2,306 Works

Why Plasmodium falciparum does not survive outside its host, and life-threatening disease occurs especially in blood group A individuals. (How O-GalNAc glycosylation drives the evolution)

Peter Arend
The protozoan eukaryotic parasite Plasmodium falciparum, pathogen of malaria tropica, does not survive outside its metazoan host, hypothetically due to evolutionary incomplete protein glycosylation, lacking the synthesis of the amino sugar N-acetylgalactosamine (GalNAc) and glucosamine (Glc)-GalNAc epimerizations, which dominate the metazoan glycophysiology. After entry of the parasite into a metazoan host, the parasite's serine residues, arising throughout its life-cycle, assumingly get exposed to glycotransferase activities, expressed by plasma proteins and surfaces of mononuclear cells. In...

Why Plasmodium falciparum does not survive outside its host, and life-threatening disease occurs especially in blood group A individuals. (How O-GalNAc glycosylation drives the evolution)

Peter Arend
The protozoan eukaryotic parasite Plasmodium falciparum, pathogen of malaria tropica, does not survive outside its metazoan host, hypothetically due to an evolutionary incomplete protein glycosylation, lacking the synthesis of the amino sugar N-acetylgalactosamine (GalNAc) and glucosamine (Glc)-GalNAc epimerizations, which dominate the metazoan glycophysiology. After entry of the parasite into the metazoan host, the parasite's serine residues, arising throughout its life-cycle, assumingly get exposed to glycotransferase activities in plasma and on surfaces of mononuclear cells. In...

Why Plasmodium falciparum does not survive outside its host, and life-threatening disease occurs especially in blood group A individuals. (How O-GalNAc glycosylation drives the evolution)

Peter Arend
The protozoan eukaryotic parasite Plasmodium falciparum, pathogen of malaria tropica, does not survive outside its metazoan host likely due to an evolutionary incomplete protein glycosylation, lacking the synthesis of the amino sugar N-acetylgalactosamine (GalNAc) and glucosamine (Glc)-GalNAc epimerizations, which dominate the metazoan glycophysiology. After entry of the parasite into the metazoan host, the parasite's serine residues, arising throughout its life-cycle, assumingly get exposed to glycotransferase activities in both the metazoan plasma and on the surfaces...

Why Plasmodium falciparum does not survive outside its host, and life-threatening disease occurs especially in blood group A individuals. (How O-GalNAc glycosylation drives the evolution)

Peter Arend
The protozoan eukaryotic parasite Plasmodium falciparum, pathogen of malaria tropica, does not survive outside its metazoan host assumingly due to an evolutionary incomplete protein glycosylation, lacking the synthesis of the amino sugar N-acetylgalactosamine (GalNAc) and glucosamine (Glc)-GalNAc epimerizations, which dominate the metazoan glycophysiology. After entry of the parasite into the metazoan host, the parasite's serine residues, arising throughout its life-cycle, assumingly get exposed to trans-species metazoan O-GalNAc-glycosylations, which in the human blood group O occur...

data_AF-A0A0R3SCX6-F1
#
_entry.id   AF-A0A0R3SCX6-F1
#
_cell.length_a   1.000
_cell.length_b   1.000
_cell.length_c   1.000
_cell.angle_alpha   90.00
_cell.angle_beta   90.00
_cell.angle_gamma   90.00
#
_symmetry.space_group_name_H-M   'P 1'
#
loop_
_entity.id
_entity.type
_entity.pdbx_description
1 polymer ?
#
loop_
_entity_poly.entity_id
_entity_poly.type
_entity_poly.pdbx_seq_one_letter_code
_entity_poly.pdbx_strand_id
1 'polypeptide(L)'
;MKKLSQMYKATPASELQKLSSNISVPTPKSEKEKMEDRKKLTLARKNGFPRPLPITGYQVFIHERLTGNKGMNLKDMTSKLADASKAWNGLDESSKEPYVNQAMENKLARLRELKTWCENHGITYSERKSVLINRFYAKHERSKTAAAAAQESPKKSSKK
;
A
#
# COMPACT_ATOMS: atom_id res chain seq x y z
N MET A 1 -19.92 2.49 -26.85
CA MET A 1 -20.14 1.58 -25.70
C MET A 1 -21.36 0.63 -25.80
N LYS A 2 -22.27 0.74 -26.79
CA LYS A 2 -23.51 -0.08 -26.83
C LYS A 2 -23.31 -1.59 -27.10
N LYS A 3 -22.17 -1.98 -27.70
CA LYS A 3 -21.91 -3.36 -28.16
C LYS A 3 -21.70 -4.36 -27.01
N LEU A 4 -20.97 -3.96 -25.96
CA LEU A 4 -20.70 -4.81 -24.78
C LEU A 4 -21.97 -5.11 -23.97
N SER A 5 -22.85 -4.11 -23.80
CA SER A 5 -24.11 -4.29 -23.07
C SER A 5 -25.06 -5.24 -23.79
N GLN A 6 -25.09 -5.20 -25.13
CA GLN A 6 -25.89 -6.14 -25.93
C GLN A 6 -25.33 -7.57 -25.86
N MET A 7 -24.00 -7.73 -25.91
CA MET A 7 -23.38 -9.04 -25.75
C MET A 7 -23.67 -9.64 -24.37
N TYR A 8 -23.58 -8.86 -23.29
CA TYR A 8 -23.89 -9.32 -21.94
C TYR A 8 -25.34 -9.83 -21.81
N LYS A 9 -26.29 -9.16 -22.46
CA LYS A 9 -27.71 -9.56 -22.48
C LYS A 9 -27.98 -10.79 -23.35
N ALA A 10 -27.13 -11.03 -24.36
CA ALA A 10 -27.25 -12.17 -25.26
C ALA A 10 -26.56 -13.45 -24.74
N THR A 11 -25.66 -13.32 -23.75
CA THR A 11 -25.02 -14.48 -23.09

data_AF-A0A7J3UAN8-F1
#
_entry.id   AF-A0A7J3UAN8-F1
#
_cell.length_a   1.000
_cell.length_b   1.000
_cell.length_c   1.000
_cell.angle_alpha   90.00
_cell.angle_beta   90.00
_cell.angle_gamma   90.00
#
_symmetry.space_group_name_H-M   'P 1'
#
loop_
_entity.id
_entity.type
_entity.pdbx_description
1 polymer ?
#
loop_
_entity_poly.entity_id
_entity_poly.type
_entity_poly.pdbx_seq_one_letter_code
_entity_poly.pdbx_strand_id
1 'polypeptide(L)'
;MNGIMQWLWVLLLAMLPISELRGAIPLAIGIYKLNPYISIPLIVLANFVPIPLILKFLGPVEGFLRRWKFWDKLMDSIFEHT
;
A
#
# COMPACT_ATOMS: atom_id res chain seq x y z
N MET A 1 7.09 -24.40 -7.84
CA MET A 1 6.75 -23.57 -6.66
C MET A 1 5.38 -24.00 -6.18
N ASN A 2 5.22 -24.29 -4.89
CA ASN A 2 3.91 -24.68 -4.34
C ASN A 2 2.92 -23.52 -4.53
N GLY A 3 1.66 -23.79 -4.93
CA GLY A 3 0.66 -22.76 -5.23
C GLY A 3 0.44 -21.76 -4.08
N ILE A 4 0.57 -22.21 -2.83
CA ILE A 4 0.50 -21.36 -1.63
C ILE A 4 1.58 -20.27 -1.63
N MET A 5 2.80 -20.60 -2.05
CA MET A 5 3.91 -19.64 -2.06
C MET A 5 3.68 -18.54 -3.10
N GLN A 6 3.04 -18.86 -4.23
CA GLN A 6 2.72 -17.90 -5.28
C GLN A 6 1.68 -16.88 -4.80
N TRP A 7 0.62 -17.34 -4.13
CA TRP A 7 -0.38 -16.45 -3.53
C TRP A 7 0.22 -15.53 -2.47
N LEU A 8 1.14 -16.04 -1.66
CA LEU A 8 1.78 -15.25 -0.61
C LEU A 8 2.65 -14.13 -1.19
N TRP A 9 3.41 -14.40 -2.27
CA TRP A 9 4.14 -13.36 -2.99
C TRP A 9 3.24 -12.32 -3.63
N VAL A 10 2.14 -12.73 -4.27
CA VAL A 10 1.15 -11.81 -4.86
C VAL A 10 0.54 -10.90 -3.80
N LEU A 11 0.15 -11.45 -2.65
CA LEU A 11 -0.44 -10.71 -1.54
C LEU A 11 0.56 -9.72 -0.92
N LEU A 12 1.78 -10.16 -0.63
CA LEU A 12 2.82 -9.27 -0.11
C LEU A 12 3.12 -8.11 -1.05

Why Plasmodium falciparum does not survive outside its host, and life-threatening disease occurs especially in blood group A individuals. (How O-GalNAc glycosylation drives the evolution)

Peter Arend
The protozoan eukaryotic parasite Plasmodium falciparum, pathogen of malaria tropica, does not survive outside its metazoan host assumingly due to an evolutionary incomplete protein glycosylation, lacking the synthesis of the amino sugar N-acetylgalactosamine (GalNAc) and glucosamine (Glc)-GalNAc epimerizations. Breaking the species barrier, the host's cellular machinery most likely performs metazoan trans-species O-GalNAc glycosylation, which in the human occurs predominantly in blood group A patients and is performed on abundantly expressed serine residues, arising throughout the...

Why Plasmodium falciparum does not survive outside its host, and life-threatening disease occurs especially in blood group A individuals. (How O-GalNAc glycosylation drives the evolution)

Peter Arend
The protozoan eukaryotic parasite Plasmodium falciparum, pathogen of malaria tropica, does not survive outside its metazoan host assumingly due to an evolutionary incomplete protein glycosylation, lacking the synthesis of the amino sugar N-acetylgalactosamine (GalNAc) and glucosamine (Glc)-GalNAc epimerizations. Breaking the species barrier, the host's cellular machinery most likely performs metazoan trans-species O-GalNAc glycosylation, which in the human occurs predominantly in blood group A patients and is performed on abundantly expressed serine residues, arising throughout the...

Why Plasmodium falciparum does not survive outside its host, and life-threatening disease occurs especially in blood group A individuals. (How O-GalNAc glycosylation drives the evolution)

Peter Arend